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SOME FACTS ABOUT THE STANDARD TELEPHONE LINE

 

 

Did you know?

There is a maximum amount of electrical current available from the public telephone network. Overloading a single exchange line means the network is unable to ring connected customer equipment. The carrier (ie Telstra, Optus) sets a maximum load limit to prevent this situation occurring. The public network can support customer equipment having a combine REN not exceeding 3. This is known as the Ring Equivalence Number (REN)

 

 

 

Customer equipment generally displayed on the back of the phone must show the  REN. All older style (bell) phones have an REN of 1.  This means the network will support 3 of these phones on the line (1 + 1 + 1 = 3).

Some other facts about the standard telephone line:-

  • Voltage in normally 50v DC (positive earth),
  • Ring voltage is approximately 70 to 90 V rms (see note #1 below)
  • Impedance is 600 ohms,
  • Analogue service,
  • Suitable for decadic dialling (see note #2 below) or DTMF (see note #3 below)  signalling,
  • The line is powered from the exchange, as you can appreciate the telephone service in your house does not need to be plugged into the power, and it works during black outs.
  • This line is also referred to a plain old telephone service (POTS) or both way trunk, as they can handle incoming or outgoing calls,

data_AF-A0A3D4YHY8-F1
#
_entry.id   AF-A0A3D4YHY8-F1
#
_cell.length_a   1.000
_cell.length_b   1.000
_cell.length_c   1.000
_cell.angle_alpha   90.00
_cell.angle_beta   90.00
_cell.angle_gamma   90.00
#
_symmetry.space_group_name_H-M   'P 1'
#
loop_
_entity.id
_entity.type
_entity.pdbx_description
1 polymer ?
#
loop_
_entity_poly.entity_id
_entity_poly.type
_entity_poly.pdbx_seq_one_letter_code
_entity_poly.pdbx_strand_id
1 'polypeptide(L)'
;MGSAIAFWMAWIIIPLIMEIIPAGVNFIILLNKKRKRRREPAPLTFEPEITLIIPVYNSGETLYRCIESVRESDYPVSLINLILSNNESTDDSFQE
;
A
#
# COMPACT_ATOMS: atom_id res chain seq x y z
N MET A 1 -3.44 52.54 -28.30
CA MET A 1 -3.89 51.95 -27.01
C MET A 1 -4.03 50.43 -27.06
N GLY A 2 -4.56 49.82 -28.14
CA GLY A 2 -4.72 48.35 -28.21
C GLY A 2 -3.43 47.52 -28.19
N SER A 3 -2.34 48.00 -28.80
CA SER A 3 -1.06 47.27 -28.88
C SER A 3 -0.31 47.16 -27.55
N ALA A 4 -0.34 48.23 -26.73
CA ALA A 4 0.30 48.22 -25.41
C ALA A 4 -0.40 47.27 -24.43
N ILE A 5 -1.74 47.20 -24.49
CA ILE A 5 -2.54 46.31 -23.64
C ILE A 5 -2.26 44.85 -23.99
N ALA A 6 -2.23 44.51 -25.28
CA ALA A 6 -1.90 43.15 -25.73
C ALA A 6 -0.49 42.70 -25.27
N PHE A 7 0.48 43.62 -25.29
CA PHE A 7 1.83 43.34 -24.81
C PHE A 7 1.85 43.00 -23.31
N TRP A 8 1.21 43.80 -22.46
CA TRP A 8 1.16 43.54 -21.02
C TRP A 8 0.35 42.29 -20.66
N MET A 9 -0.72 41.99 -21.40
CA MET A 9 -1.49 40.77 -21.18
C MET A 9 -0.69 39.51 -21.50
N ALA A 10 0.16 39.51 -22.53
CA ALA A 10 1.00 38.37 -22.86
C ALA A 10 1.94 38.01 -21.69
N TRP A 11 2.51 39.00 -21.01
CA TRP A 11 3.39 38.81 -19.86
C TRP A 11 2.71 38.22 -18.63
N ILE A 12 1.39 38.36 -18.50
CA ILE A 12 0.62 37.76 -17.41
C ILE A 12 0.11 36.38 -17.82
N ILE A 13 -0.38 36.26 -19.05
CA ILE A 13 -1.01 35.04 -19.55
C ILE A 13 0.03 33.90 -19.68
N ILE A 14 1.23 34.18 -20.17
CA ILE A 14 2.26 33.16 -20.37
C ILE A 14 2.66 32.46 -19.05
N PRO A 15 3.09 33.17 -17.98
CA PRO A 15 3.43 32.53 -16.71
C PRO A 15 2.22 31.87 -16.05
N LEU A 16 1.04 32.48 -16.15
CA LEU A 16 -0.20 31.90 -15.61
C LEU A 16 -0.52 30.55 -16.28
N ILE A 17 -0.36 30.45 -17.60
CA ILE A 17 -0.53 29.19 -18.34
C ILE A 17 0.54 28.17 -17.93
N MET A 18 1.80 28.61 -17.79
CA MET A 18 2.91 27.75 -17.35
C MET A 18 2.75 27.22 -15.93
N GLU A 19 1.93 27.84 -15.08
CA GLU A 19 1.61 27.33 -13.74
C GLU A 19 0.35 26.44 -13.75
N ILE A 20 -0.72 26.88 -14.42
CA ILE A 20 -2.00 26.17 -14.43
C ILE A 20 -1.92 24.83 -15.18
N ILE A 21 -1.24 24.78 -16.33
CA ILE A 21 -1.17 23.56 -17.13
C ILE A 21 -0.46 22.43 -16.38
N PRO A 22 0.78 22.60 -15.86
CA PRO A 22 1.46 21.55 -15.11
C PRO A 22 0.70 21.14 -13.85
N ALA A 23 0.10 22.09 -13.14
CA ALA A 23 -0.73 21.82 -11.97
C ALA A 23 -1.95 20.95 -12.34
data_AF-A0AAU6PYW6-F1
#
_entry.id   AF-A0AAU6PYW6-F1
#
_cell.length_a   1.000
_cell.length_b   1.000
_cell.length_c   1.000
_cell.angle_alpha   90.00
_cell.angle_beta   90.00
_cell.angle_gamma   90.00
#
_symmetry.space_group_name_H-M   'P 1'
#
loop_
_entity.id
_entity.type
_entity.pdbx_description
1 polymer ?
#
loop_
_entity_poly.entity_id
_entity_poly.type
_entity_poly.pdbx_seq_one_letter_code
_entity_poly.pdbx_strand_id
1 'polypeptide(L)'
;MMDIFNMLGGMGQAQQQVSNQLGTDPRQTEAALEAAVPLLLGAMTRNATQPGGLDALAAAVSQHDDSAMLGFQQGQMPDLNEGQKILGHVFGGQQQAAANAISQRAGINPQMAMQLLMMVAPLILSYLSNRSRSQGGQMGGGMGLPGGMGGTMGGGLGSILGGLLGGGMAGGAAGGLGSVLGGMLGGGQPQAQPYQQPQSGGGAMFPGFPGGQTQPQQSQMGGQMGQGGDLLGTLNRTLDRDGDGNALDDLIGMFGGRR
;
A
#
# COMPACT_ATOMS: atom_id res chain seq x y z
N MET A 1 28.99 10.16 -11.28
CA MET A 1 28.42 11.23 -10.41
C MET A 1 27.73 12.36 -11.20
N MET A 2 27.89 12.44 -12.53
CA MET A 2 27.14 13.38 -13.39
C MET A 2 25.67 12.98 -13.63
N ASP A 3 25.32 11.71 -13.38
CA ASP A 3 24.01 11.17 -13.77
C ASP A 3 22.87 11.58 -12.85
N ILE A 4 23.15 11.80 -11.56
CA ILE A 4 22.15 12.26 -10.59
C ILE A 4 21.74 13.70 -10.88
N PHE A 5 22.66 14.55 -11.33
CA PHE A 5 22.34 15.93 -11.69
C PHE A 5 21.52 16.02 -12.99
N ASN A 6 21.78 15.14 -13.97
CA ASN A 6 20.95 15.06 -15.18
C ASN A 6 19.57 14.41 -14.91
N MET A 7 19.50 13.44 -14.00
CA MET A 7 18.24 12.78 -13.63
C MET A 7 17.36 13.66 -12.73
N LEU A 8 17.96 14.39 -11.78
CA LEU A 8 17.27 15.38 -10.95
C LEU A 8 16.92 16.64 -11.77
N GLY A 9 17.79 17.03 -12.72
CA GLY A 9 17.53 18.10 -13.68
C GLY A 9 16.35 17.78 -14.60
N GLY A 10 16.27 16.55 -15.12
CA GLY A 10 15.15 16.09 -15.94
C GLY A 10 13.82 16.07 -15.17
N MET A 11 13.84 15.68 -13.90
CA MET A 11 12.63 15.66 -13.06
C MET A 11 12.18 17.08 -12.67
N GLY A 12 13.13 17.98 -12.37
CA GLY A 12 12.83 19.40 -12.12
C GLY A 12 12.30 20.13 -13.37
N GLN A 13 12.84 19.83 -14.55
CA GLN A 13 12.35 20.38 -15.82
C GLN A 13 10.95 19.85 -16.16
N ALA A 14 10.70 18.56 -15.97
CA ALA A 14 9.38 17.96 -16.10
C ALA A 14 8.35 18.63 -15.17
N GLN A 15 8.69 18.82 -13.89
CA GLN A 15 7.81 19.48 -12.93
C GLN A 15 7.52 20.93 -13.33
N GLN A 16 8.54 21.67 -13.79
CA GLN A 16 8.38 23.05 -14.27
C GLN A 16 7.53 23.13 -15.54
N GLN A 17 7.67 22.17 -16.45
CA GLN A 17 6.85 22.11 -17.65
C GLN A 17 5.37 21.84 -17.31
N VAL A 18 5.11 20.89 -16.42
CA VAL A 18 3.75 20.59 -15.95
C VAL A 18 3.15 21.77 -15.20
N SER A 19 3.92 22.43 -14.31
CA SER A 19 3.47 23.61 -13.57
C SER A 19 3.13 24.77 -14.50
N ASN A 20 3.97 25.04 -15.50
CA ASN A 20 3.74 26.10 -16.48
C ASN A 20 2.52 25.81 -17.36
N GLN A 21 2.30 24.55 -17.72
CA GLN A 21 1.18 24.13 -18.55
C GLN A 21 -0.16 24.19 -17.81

• The line is allocated one unique telephone number and other numbers can be diverted to it. Like a house address it identifies a unique location for mail, and other mail can be redirected to it.
Note 1 rms = "Root Means Square".  This is a method used to determine the power value of an AC wave form. For example if the zero to peak value of the signal is 127v, then the rms is 90v AC.
Note 2 “decadic” this is the original method used to transfer the digits dialled on a telephone to the exchange, this method is synonymous with rotary dial telephones which are now becoming hard to find.  By breaking the DC loop it creates a pulse, by counting the pulse per second this then relates directly to number dialled. For example, the number 2 has 2 pulses, the number 0 is 10 pulses.  The pulsing rate is 10 per second.
Note 3 “DTMF” or other wise known as touch tone system.  It is a signalling method utilising tones to transfer the digits dialled by superimposing a succession of VF (voice frequency) signals on a line.  Each signal comprises of two simultaneously transmitted tones of different frequency DTMF signalling.

 

 

 

 

 

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This page was last modified on 30 December 2009 and maybe out of date with regards to newer practices at the time of reading this article

 

 
 
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